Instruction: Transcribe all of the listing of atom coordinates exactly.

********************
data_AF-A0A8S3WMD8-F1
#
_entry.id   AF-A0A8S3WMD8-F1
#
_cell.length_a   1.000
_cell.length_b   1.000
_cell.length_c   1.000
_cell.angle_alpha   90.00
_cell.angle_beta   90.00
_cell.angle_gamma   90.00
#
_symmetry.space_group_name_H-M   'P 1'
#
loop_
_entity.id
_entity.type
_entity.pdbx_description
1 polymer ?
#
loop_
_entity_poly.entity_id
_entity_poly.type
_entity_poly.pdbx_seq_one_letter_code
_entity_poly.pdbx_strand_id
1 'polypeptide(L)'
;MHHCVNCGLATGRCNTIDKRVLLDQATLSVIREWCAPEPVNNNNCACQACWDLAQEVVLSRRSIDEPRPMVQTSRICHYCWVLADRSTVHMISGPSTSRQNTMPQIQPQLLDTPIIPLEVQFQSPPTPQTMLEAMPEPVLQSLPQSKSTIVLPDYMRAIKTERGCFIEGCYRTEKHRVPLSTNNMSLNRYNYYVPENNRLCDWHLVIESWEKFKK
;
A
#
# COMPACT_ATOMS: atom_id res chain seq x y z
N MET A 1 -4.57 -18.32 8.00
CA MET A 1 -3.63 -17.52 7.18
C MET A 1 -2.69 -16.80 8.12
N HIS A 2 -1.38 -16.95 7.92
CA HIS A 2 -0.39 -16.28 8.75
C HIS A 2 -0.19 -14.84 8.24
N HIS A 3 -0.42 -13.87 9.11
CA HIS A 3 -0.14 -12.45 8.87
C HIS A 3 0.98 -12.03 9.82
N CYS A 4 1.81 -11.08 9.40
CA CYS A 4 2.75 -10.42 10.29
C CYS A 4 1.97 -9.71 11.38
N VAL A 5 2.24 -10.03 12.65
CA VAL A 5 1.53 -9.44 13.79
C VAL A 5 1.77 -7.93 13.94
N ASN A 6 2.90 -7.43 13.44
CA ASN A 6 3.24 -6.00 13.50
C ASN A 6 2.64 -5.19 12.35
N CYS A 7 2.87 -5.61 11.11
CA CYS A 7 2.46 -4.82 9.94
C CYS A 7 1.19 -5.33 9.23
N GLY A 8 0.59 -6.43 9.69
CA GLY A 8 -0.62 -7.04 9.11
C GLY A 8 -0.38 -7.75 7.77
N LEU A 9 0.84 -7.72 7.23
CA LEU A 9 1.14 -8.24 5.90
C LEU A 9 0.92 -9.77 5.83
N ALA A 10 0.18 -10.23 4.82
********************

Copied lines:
data_AF-A0A8S3WMD8-F1
#
_entry.id   AF-A0A8S3WMD8-F1
#
_cell.length_a   1.000
_cell.length_b   1.000
_cell.length_c   1.000
_cell.angle_alpha   90.00
_cell.angle_beta   90.00
_cell.angle_gamma   90.00
#
_symmetry.space_group_name_H-M   'P 1'
#
loop_
_entity.id
_entity.type
_entity.pdbx_description
1 polymer ?
#
loop_
_entity_poly.entity_id
_entity_poly.type
_entity_poly.pdbx_seq_one_letter_code
_entity_poly.pdbx_strand_id
1 'polypeptide(L)'
;MHHCVNCGLATGRCNTIDKRVLLDQATLSVIREWCAPEPVNNNNCACQACWDLAQEVVLSRRSIDEPRPMVQTSRICHYCWVLADRSTVHMISGPSTSRQNTMPQIQPQLLDTPIIPLEVQFQSPPTPQTMLEAMPEPVLQSLPQSKSTIVLPDYMRAIKTERGCFIEGCYRTEKHRVPLSTNNMSLNRYNYYVPENNRLCDWHLVIESWEKFKK
;
A
#
# COMPACT_ATOMS: atom_id res chain seq x y z
N MET A 1 -4.57 -18.32 8.00
CA MET A 1 -3.63 -17.52 7.18
C MET A 1 -2.69 -16.80 8.12
N HIS A 2 -1.38 -16.95 7.92
CA HIS A 2 -0.39 -16.28 8.75
C HIS A 2 -0.19 -14.84 8.24
N HIS A 3 -0.42 -13.87 9.11
CA HIS A 3 -0.14 -12.45 8.87
C HIS A 3 0.98 -12.03 9.82
N CYS A 4 1.81 -11.08 9.40
CA CYS A 4 2.75 -10.42 10.29
C CYS A 4 1.97 -9.71 11.38
N VAL A 5 2.24 -10.03 12.65
CA VAL A 5 1.53 -9.44 13.79
C VAL A 5 1.77 -7.93 13.94
N ASN A 6 2.90 -7.43 13.44
CA ASN A 6 3.24 -6.00 13.50
C ASN A 6 2.64 -5.19 12.35
N CYS A 7 2.87 -5.61 11.11
CA CYS A 7 2.46 -4.82 9.94
C CYS A 7 1.19 -5.33 9.23
N GLY A 8 0.59 -6.43 9.69
CA GLY A 8 -0.62 -7.04 9.11
C GLY A 8 -0.38 -7.75 7.77
N LEU A 9 0.84 -7.72 7.23
CA LEU A 9 1.14 -8.24 5.90
C LEU A 9 0.92 -9.77 5.83
N ALA A 10 0.18 -10.23 4.82